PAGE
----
I have been sort of diagnosed with complex PTSD because of my family. But that was not my regular therapist. Who knows? A diagnosis is a guess. Nothing more.

    I hope I didn't get too off track...hope this answered your question.
     
    Last edited: Apr 22, 2018 at 1:24 PM
  11. DadInProgress

    DadInProgress Member

    No it’s very helpful. We have nearly identical stories.

    problem why I got so sensitive during our initial interaction. Sorry about that. we empaths do not like to feel our integrity in being questioned lol.
     
  12. SomewhereOutThere

    SomewhereOutThere Well-Known Member

    I know. I am sorry again.

    EmpAths also feel very guilty!
     
  13. DadInProgress

    DadInProgress Member

    Oh yes! If only guilt and shame had monetary value. :)
     
  14. SomewhereOutThere

    SomewhereOutThere Well-Known Member

  15. DadInProgress

    DadInProgress Member

    Did you detach if you don’t mind me asking?

    I have multiple times, but am somehow lured back every 5-6 years. Partly due to their guilt trips and partly my desire to get that approval/apology/validation that never came.
     
  16. SomewhereOutThere

    SomewhereOutThere Well-Known Member

    My family was never guilty. They really thought it was me, not a family dynamic with a narc mom a very detached father.. I was ostracized and eventually disordered mom disinherited me. My sister would play me though...like I was a ping pong ball. She would get mad, and every time she got mad she called the POLICE on me, although I never broke the law or threatened her. Or broke the law at all ever. It was a control thing with her. Shut me up with cops. Sick really.

    But I wanted my sister to love me so when she inevitably came back, no apology or anything, I would take her back in spite of my husband telling me he was sick of her and her cops. My youngest daughter, the very stable one, loathes her as she lived at home during many of those pointless cop visits...by the way the cops often looked apologetic.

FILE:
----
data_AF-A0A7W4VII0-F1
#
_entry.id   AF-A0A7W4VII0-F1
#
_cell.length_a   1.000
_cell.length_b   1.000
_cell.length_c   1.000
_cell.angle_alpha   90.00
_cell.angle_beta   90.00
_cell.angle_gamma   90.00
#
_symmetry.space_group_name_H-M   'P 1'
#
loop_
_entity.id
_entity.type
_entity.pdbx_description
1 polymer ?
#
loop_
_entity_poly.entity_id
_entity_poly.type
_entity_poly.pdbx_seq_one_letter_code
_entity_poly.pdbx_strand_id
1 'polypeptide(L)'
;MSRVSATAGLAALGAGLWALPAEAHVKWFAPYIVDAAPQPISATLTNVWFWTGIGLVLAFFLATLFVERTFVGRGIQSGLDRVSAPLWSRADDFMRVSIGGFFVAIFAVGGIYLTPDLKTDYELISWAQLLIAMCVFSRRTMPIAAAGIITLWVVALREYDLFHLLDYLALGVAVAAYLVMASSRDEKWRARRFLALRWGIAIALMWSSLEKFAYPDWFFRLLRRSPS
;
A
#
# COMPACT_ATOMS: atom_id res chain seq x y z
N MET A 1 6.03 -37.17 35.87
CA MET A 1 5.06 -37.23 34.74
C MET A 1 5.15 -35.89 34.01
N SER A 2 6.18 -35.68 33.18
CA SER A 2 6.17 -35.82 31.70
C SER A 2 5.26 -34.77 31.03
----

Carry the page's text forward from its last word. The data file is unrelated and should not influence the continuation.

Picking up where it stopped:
So I let her come back whenever the urge struck her in spite of her gall and meanness and controlling me, but this taking her back was me showing my problems too. NO normal person puts up with anyone who calls the cops on her for no reason at least 20 times, even after we left the state. Yes, she called the cops even after we lived in a new state. Sick.

    Recently I FINALLY decided no more cops and her being able to come back is history. We are forever done. I am too forgiving and have always had a very soft heart, but this time I forgive, but I am done for good. Her energy spooks me.

    Forget validation. People like our families never believe they are wrong, never apologize, and invalidate our clear concise memories. So why look for it when they cant see themselves as maybe not such great people? They are right. We are wrong. It's a bunch of garbage we don't need.

    I just accept it's their problem and forgive them as they don't have a clue, and cuddle up to my family of choice. I don't need them. I never did. I just thought I did.

    I did love my dad. He passed last year. He used to say "it is what it is." He was so right.
     
    Last edited: Apr 22, 2018 at 2:48 PM
  17. DadInProgress

    DadInProgress Member

    That makes sense. I need to let go emotional and physically. Thanks for sharing. Glad you found some peace.
     
  18. SomewhereOutThere

    SomewhereOutThere Well-Known Member

    I'm WAY older than you though. At 33 I was still groveling. Please don't let it go on for as long as it did for me. Find comfort in your family of choice. Even think of having your own holidays or go to the in laws if they are nice.

    The family scapegoat can never do anything right. Even the very good things I did because I have a really soft heart were twisted into negatives by crazed mother and nobody ever stuck up for me. It was bizarre. She was bizarre. This family nuttiness is common in families headed by narcicistic and borderline parents. And the other kids want love too so they side with the parent.

    Don't waste your time trying to get thier love. You can't. They MAY love you actually, but they need you as a bad guy in a sick family system. So they love to beat you up. Even if they love you....somewhere. They need a fall guy for the family to blame everything on.

    The scapegoat is usually the most aware child in the family. Obviously this freaks out the abusive head of the house. Listen to some Family Scapegoat videos on YouTube You will see yourself and your family in them. I think I've watched them all. They were empowering!
     
    Last edited: Apr 22, 2018 at 3:25 PM
  19. DadInProgress

    DadInProgress Member

    This is dead on. The times I have done holidays away it was like I had committed treason.
     
  20. SomewhereOutThere

    SomewhereOutThere Well-Known Member

    Well, drama is the rule...lol. Sorry.